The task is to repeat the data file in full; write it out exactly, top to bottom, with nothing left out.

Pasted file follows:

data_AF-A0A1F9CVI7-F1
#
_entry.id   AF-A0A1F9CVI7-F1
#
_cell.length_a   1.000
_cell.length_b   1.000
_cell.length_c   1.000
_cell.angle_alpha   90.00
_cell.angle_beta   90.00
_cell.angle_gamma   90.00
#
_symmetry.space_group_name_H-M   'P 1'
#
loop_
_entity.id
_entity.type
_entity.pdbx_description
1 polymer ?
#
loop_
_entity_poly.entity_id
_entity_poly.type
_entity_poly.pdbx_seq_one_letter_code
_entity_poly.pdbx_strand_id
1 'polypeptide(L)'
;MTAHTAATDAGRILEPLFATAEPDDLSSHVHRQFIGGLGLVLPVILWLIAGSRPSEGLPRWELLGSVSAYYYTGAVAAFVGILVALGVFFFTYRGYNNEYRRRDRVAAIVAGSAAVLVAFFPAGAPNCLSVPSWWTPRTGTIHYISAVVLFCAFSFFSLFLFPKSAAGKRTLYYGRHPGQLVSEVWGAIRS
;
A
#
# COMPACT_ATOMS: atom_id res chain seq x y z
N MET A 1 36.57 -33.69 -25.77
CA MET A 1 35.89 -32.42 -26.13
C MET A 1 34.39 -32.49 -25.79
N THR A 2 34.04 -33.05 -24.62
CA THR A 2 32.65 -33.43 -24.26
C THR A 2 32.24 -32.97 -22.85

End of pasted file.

data_AF-A0A1F9CVI7-F1
#
_entry.id   AF-A0A1F9CVI7-F1
#
_cell.length_a   1.000
_cell.length_b   1.000
_cell.length_c   1.000
_cell.angle_alpha   90.00
_cell.angle_beta   90.00
_cell.angle_gamma   90.00
#
_symmetry.space_group_name_H-M   'P 1'
#
loop_
_entity.id
_entity.type
_entity.pdbx_description
1 polymer ?
#
loop_
_entity_poly.entity_id
_entity_poly.type
_entity_poly.pdbx_seq_one_letter_code
_entity_poly.pdbx_strand_id
1 'polypeptide(L)'
;MTAHTAATDAGRILEPLFATAEPDDLSSHVHRQFIGGLGLVLPVILWLIAGSRPSEGLPRWELLGSVSAYYYTGAVAAFVGILVALGVFFFTYRGYNNEYRRRDRVAAIVAGSAAVLVAFFPAGAPNCLSVPSWWTPRTGTIHYISAVVLFCAFSFFSLFLFPKSAAGKRTLYYGRHPGQLVSEVWGAIRS
;
A
#
# COMPACT_ATOMS: atom_id res chain seq x y z
N MET A 1 36.57 -33.69 -25.77
CA MET A 1 35.89 -32.42 -26.13
C MET A 1 34.39 -32.49 -25.79
N THR A 2 34.04 -33.05 -24.62
CA THR A 2 32.65 -33.43 -24.26
C THR A 2 32.24 -32.97 -22.85